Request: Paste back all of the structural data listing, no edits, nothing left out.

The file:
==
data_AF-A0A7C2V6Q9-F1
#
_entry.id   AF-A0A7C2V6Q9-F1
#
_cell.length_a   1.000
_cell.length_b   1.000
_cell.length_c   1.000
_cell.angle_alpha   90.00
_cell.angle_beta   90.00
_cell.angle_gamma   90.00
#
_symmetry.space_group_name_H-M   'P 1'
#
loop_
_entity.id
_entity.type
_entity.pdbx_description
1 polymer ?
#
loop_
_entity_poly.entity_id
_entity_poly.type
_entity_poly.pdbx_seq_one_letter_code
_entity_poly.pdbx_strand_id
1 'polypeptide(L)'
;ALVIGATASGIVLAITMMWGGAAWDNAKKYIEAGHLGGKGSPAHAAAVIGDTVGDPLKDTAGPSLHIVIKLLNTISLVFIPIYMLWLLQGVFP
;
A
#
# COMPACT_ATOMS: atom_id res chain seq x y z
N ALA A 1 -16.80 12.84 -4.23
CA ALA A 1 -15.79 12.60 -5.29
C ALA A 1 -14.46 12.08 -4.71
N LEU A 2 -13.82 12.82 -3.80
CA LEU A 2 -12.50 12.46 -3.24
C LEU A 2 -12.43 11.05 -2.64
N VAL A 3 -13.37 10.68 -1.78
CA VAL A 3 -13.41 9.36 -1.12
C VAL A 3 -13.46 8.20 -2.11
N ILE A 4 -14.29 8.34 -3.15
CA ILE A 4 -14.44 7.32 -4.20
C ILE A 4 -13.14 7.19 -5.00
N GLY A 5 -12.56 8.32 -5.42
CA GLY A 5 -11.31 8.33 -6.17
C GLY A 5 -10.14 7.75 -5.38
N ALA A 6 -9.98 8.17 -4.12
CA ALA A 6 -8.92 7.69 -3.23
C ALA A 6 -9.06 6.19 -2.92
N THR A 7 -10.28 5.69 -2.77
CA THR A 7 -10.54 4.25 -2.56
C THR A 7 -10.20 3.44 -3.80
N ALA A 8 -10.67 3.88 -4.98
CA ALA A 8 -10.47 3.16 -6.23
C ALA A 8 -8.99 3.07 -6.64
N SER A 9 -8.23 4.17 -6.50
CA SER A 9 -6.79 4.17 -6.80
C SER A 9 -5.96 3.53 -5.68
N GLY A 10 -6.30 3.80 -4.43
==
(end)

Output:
data_AF-A0A7C2V6Q9-F1
#
_entry.id   AF-A0A7C2V6Q9-F1
#
_cell.length_a   1.000
_cell.length_b   1.000
_cell.length_c   1.000
_cell.angle_alpha   90.00
_cell.angle_beta   90.00
_cell.angle_gamma   90.00
#
_symmetry.space_group_name_H-M   'P 1'
#
loop_
_entity.id
_entity.type
_entity.pdbx_description
1 polymer ?
#
loop_
_entity_poly.entity_id
_entity_poly.type
_entity_poly.pdbx_seq_one_letter_code
_entity_poly.pdbx_strand_id
1 'polypeptide(L)'
;ALVIGATASGIVLAITMMWGGAAWDNAKKYIEAGHLGGKGSPAHAAAVIGDTVGDPLKDTAGPSLHIVIKLLNTISLVFIPIYMLWLLQGVFP
;
A
#
# COMPACT_ATOMS: atom_id res chain seq x y z
N ALA A 1 -16.80 12.84 -4.23
CA ALA A 1 -15.79 12.60 -5.29
C ALA A 1 -14.46 12.08 -4.71
N LEU A 2 -13.82 12.82 -3.80
CA LEU A 2 -12.50 12.46 -3.24
C LEU A 2 -12.43 11.05 -2.64
N VAL A 3 -13.37 10.68 -1.78
CA VAL A 3 -13.41 9.36 -1.12
C VAL A 3 -13.46 8.20 -2.11
N ILE A 4 -14.29 8.34 -3.15
CA ILE A 4 -14.44 7.32 -4.20
C ILE A 4 -13.14 7.19 -5.00
N GLY A 5 -12.56 8.32 -5.42
CA GLY A 5 -11.31 8.33 -6.17
C GLY A 5 -10.14 7.75 -5.38
N ALA A 6 -9.98 8.17 -4.12
CA ALA A 6 -8.92 7.69 -3.23
C ALA A 6 -9.06 6.19 -2.92
N THR A 7 -10.28 5.69 -2.77
CA THR A 7 -10.54 4.25 -2.56
C THR A 7 -10.20 3.44 -3.80
N ALA A 8 -10.67 3.88 -4.98
CA ALA A 8 -10.47 3.16 -6.23
C ALA A 8 -8.99 3.07 -6.64
N SER A 9 -8.23 4.17 -6.50
CA SER A 9 -6.79 4.17 -6.80
C SER A 9 -5.96 3.53 -5.68
N GLY A 10 -6.30 3.80 -4.43